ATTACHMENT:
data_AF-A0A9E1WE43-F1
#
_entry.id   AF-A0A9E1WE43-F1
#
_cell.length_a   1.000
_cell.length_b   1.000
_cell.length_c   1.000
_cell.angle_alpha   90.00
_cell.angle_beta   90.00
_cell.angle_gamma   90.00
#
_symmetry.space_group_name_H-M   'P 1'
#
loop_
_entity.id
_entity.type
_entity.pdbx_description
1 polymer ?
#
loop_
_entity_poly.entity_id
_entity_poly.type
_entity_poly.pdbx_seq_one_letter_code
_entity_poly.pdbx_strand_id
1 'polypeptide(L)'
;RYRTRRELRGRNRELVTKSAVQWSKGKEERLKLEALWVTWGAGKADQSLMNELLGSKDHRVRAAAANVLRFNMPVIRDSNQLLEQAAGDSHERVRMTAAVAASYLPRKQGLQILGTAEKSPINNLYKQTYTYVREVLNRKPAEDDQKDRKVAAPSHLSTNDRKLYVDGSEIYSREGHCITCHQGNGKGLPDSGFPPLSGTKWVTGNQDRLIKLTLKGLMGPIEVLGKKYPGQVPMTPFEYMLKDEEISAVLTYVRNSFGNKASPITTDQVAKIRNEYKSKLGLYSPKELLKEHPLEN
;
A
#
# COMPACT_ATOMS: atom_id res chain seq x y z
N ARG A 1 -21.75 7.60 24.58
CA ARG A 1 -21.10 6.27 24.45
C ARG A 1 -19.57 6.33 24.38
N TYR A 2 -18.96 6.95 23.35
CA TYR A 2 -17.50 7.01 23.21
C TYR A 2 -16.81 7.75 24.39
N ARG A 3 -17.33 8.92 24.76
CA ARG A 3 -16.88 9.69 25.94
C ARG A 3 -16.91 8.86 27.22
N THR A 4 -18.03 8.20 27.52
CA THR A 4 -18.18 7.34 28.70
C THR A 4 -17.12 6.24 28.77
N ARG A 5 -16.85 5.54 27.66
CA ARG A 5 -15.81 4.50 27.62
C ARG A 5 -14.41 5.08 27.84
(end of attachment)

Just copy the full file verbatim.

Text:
data_AF-A0A9E1WE43-F1
#
_entry.id   AF-A0A9E1WE43-F1
#
_cell.length_a   1.000
_cell.length_b   1.000
_cell.length_c   1.000
_cell.angle_alpha   90.00
_cell.angle_beta   90.00
_cell.angle_gamma   90.00
#
_symmetry.space_group_name_H-M   'P 1'
#
loop_
_entity.id
_entity.type
_entity.pdbx_description
1 polymer ?
#
loop_
_entity_poly.entity_id
_entity_poly.type
_entity_poly.pdbx_seq_one_letter_code
_entity_poly.pdbx_strand_id
1 'polypeptide(L)'
;RYRTRRELRGRNRELVTKSAVQWSKGKEERLKLEALWVTWGAGKADQSLMNELLGSKDHRVRAAAANVLRFNMPVIRDSNQLLEQAAGDSHERVRMTAAVAASYLPRKQGLQILGTAEKSPINNLYKQTYTYVREVLNRKPAEDDQKDRKVAAPSHLSTNDRKLYVDGSEIYSREGHCITCHQGNGKGLPDSGFPPLSGTKWVTGNQDRLIKLTLKGLMGPIEVLGKKYPGQVPMTPFEYMLKDEEISAVLTYVRNSFGNKASPITTDQVAKIRNEYKSKLGLYSPKELLKEHPLEN
;
A
#
# COMPACT_ATOMS: atom_id res chain seq x y z
N ARG A 1 -21.75 7.60 24.58
CA ARG A 1 -21.10 6.27 24.45
C ARG A 1 -19.57 6.33 24.38
N TYR A 2 -18.96 6.95 23.35
CA TYR A 2 -17.50 7.01 23.21
C TYR A 2 -16.81 7.75 24.39
N ARG A 3 -17.33 8.92 24.76
CA ARG A 3 -16.88 9.69 25.94
C ARG A 3 -16.91 8.86 27.22
N THR A 4 -18.03 8.20 27.52
CA THR A 4 -18.18 7.34 28.70
C THR A 4 -17.12 6.24 28.77
N ARG A 5 -16.85 5.54 27.66
CA ARG A 5 -15.81 4.50 27.62
C ARG A 5 -14.41 5.08 27.84